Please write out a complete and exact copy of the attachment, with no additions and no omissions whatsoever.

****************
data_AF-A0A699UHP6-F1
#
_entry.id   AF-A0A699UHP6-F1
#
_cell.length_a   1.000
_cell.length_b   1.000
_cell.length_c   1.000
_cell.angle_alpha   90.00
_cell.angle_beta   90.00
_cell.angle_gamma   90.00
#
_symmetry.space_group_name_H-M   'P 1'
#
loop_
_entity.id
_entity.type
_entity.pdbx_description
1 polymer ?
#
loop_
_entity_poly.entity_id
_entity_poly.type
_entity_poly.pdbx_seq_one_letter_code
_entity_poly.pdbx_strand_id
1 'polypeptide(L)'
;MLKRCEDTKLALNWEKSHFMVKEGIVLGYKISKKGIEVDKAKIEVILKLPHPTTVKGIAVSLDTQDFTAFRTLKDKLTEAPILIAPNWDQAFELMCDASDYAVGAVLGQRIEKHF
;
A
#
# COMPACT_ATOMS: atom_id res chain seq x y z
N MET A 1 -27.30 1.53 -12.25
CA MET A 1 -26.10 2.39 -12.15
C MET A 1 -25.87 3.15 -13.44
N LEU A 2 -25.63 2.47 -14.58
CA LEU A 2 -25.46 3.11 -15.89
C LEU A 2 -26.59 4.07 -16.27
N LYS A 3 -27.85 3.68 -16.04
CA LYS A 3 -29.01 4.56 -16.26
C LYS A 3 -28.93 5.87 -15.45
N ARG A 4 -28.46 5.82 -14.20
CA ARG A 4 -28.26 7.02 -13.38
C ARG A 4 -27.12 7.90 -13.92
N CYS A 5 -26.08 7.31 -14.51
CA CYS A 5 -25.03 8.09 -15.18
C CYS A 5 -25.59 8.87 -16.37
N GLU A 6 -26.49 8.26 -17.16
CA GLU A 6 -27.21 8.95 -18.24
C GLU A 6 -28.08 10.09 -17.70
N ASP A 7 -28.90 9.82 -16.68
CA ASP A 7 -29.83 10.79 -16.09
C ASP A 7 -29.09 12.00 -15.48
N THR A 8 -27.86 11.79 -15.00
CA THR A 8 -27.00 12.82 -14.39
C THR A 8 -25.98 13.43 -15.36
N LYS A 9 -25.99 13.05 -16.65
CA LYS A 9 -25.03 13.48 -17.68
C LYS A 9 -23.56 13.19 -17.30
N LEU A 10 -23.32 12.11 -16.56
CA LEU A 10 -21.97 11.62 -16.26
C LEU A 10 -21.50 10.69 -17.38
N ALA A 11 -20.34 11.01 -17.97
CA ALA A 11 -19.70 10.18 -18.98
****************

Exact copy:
data_AF-A0A699UHP6-F1
#
_entry.id   AF-A0A699UHP6-F1
#
_cell.length_a   1.000
_cell.length_b   1.000
_cell.length_c   1.000
_cell.angle_alpha   90.00
_cell.angle_beta   90.00
_cell.angle_gamma   90.00
#
_symmetry.space_group_name_H-M   'P 1'
#
loop_
_entity.id
_entity.type
_entity.pdbx_description
1 polymer ?
#
loop_
_entity_poly.entity_id
_entity_poly.type
_entity_poly.pdbx_seq_one_letter_code
_entity_poly.pdbx_strand_id
1 'polypeptide(L)'
;MLKRCEDTKLALNWEKSHFMVKEGIVLGYKISKKGIEVDKAKIEVILKLPHPTTVKGIAVSLDTQDFTAFRTLKDKLTEAPILIAPNWDQAFELMCDASDYAVGAVLGQRIEKHF
;
A
#
# COMPACT_ATOMS: atom_id res chain seq x y z
N MET A 1 -27.30 1.53 -12.25
CA MET A 1 -26.10 2.39 -12.15
C MET A 1 -25.87 3.15 -13.44
N LEU A 2 -25.63 2.47 -14.58
CA LEU A 2 -25.46 3.11 -15.89
C LEU A 2 -26.59 4.07 -16.27
N LYS A 3 -27.85 3.68 -16.04
CA LYS A 3 -29.01 4.56 -16.26
C LYS A 3 -28.93 5.87 -15.45
N ARG A 4 -28.46 5.82 -14.20
CA ARG A 4 -28.26 7.02 -13.38
C ARG A 4 -27.12 7.90 -13.92
N CYS A 5 -26.08 7.31 -14.51
CA CYS A 5 -25.03 8.09 -15.18
C CYS A 5 -25.59 8.87 -16.37
N GLU A 6 -26.49 8.26 -17.16
CA GLU A 6 -27.21 8.95 -18.24
C GLU A 6 -28.08 10.09 -17.70
N ASP A 7 -28.90 9.82 -16.68
CA ASP A 7 -29.83 10.79 -16.09
C ASP A 7 -29.09 12.00 -15.48
N THR A 8 -27.86 11.79 -15.00
CA THR A 8 -27.00 12.82 -14.39
C THR A 8 -25.98 13.43 -15.36
N LYS A 9 -25.99 13.05 -16.65
CA LYS A 9 -25.03 13.48 -17.68
C LYS A 9 -23.56 13.19 -17.30
N LEU A 10 -23.32 12.11 -16.56
CA LEU A 10 -21.97 11.62 -16.26
C LEU A 10 -21.50 10.69 -17.38
N ALA A 11 -20.34 11.01 -17.97
CA ALA A 11 -19.70 10.18 -18.98